April 6, 1994
Ground ivy was one of the few plants that had ideal growing conditions in 1993. Needless to say, homeowners are trying to eliminate it this spring. Ground ivy (Glechoma hederacea) is an aggressive, low-growing, perennial invader of lawns, vegetable gardens, and flower beds. It thrives in moist, shady areas, as well as sunny locations. The scalloped leaves are round or kidney-shaped and are attached by petioles to square stems. Ground ivy roots at each joint whenever it touches the soil, thus making it difficult to hand pull.
Lettuce offers 4 main types from which to choose; crisphead, butterhead, romaine, and leaf. Numerous varieties of each type are available. The type of lettuce you choose to grow depends upon your growing season as well as your taste preferences.
One of the most recognizable household pests is the larder beetle. Both the adults and larvae have characteristic features that readily distinguish them from other insects.
This insect is very common and widespread and is a frequent pest in homes. The insect's name comes from it's presence in dried, cured meats stored at room temperature prior to refrigeration. Today, larder beetles may be a pest in stored foods but are more likely to be only an annoyance because of their presence in the house.
Producing a successful lettuce crop can be a challenge for home gardeners. Weather is the main problem. All types of lettuce (crisphead, butterhead, leaf or bunching, and romaine or cos) require cool, moist growing conditions. Daytime temperatures of 70 to 75 and nighttime temperatures of 55 to 60 are ideal. Adequate supplies of moisture and nutrients are also important. Lettuce requires one inch of water per week. As with other plants, gardeners will need to water when Mother Nature doesn't supply sufficient rainfall.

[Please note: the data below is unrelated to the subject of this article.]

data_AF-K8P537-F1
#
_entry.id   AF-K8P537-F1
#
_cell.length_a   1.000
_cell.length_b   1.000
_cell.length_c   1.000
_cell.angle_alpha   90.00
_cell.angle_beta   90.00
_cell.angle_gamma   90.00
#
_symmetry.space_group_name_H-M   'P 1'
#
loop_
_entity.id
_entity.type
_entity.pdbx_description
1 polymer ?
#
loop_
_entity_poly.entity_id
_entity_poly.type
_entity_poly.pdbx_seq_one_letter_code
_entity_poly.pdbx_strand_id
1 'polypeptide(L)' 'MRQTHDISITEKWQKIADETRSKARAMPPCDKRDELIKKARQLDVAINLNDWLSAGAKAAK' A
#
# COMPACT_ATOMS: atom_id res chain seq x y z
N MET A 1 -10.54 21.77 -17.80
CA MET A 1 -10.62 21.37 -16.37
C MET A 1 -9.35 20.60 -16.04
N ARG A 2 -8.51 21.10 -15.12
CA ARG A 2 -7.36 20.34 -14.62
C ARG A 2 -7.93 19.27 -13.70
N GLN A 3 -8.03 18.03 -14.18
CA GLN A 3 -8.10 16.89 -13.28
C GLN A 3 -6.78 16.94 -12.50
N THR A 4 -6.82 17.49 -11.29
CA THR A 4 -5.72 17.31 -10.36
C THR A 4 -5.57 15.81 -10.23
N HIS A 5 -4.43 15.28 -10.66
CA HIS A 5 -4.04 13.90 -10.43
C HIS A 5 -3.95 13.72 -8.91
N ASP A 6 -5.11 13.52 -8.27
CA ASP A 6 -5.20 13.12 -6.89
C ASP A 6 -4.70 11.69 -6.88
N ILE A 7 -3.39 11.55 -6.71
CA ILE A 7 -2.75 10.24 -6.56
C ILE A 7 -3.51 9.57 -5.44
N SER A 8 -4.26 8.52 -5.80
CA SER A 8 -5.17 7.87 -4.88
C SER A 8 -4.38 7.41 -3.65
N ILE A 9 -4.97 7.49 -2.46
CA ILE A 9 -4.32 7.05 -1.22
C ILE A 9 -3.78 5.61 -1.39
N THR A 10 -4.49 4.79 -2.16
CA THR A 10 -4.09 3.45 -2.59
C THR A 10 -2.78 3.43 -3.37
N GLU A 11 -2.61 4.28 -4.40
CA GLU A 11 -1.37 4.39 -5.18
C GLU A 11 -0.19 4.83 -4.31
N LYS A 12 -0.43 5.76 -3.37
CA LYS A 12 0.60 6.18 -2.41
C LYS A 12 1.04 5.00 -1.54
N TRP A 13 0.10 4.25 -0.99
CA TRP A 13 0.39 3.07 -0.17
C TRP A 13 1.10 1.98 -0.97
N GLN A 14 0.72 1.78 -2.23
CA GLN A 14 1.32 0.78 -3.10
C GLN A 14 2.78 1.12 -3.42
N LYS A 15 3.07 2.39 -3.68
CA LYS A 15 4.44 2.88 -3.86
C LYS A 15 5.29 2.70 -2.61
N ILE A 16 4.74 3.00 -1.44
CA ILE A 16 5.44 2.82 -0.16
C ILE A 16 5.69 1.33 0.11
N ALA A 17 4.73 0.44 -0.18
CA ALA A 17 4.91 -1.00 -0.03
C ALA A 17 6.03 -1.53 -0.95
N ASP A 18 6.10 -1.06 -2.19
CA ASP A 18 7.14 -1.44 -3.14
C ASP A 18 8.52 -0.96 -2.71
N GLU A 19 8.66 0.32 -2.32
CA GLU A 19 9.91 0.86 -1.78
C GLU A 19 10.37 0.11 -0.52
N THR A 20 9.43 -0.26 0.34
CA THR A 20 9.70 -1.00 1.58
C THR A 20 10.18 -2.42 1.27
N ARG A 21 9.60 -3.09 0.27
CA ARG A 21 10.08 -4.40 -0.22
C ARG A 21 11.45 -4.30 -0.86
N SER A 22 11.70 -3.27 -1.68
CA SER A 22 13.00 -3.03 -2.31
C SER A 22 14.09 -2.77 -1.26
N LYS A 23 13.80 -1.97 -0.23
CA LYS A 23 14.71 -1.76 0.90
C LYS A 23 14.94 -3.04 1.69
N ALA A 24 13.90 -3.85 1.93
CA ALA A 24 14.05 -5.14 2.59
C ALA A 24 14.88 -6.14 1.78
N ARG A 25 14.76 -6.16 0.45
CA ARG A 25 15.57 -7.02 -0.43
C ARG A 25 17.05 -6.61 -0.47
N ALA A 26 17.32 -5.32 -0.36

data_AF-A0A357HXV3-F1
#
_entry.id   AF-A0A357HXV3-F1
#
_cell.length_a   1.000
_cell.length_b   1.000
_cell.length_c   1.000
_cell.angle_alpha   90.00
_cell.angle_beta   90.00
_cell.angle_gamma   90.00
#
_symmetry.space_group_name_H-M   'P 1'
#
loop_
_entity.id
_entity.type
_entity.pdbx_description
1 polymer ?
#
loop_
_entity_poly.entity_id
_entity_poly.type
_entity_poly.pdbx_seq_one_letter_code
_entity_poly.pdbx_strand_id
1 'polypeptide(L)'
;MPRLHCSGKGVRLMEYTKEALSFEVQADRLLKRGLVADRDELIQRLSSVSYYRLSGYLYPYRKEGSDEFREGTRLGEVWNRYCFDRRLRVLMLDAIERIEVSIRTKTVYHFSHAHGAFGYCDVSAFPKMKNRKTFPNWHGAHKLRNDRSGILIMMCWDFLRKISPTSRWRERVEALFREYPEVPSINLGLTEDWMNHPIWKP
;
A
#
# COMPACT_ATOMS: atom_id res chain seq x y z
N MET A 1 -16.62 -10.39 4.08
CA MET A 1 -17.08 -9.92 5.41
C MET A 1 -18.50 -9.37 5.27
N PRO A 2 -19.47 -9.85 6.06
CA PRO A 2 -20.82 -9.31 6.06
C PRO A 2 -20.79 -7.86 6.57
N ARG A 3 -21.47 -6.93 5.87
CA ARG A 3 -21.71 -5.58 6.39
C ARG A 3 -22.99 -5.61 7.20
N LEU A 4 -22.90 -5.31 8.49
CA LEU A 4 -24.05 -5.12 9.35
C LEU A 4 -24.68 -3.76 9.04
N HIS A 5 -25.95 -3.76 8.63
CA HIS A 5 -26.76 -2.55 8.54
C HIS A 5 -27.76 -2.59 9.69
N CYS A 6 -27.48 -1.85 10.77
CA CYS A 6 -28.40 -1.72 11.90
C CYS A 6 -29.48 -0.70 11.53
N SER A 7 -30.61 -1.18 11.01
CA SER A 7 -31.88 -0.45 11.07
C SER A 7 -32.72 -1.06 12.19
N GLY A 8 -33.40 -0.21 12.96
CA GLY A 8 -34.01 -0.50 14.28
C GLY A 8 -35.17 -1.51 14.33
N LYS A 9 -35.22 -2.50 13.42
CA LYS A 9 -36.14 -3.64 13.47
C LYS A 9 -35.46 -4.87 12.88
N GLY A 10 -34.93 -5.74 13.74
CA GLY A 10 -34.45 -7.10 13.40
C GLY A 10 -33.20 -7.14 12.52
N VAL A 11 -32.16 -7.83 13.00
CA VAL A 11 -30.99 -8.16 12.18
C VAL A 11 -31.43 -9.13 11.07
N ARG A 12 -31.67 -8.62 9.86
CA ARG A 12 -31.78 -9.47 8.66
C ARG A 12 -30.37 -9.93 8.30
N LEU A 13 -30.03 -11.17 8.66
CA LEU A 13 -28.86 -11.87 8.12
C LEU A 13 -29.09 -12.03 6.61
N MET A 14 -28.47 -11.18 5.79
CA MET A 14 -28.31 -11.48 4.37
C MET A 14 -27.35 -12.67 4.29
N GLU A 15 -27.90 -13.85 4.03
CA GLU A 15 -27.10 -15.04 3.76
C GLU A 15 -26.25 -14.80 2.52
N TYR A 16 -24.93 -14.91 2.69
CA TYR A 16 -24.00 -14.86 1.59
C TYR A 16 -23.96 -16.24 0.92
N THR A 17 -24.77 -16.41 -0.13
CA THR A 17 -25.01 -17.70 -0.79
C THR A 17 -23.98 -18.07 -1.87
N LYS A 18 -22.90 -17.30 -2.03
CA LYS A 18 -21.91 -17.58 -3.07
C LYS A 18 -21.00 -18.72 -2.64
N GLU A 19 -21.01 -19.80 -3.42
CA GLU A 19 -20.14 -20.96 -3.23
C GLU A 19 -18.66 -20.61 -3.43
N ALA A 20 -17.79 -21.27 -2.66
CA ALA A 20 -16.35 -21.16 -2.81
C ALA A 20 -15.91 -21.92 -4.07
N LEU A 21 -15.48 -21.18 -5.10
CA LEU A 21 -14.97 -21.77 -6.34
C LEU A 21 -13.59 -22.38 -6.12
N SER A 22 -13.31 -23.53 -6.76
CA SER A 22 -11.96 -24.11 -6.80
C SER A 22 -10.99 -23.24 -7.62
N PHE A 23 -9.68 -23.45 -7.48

Several species of scale insects, mealybugs and whiteflies are commonly found on plants in the home or greenhouse. All are sap-feeding insects that can weaken plants and cause poor, stunted growth. Death of infested plants occurs only in severe cases.
Houseplant insects may create an annoyance caused by large quantities of a sweet, sticky liquid waste product called honeydew that is excreted as the insects feed. Honeydew can make a sticky, shiny mess on the plant and nearby furniture and floors. A black fungus called sooty mold may grow on the honeydew.
Have you ever tried to grow blueberries or azaleas only to have them turn yellow, then brown and eventually die? If you have, chances are you planted them in an alkaline soil.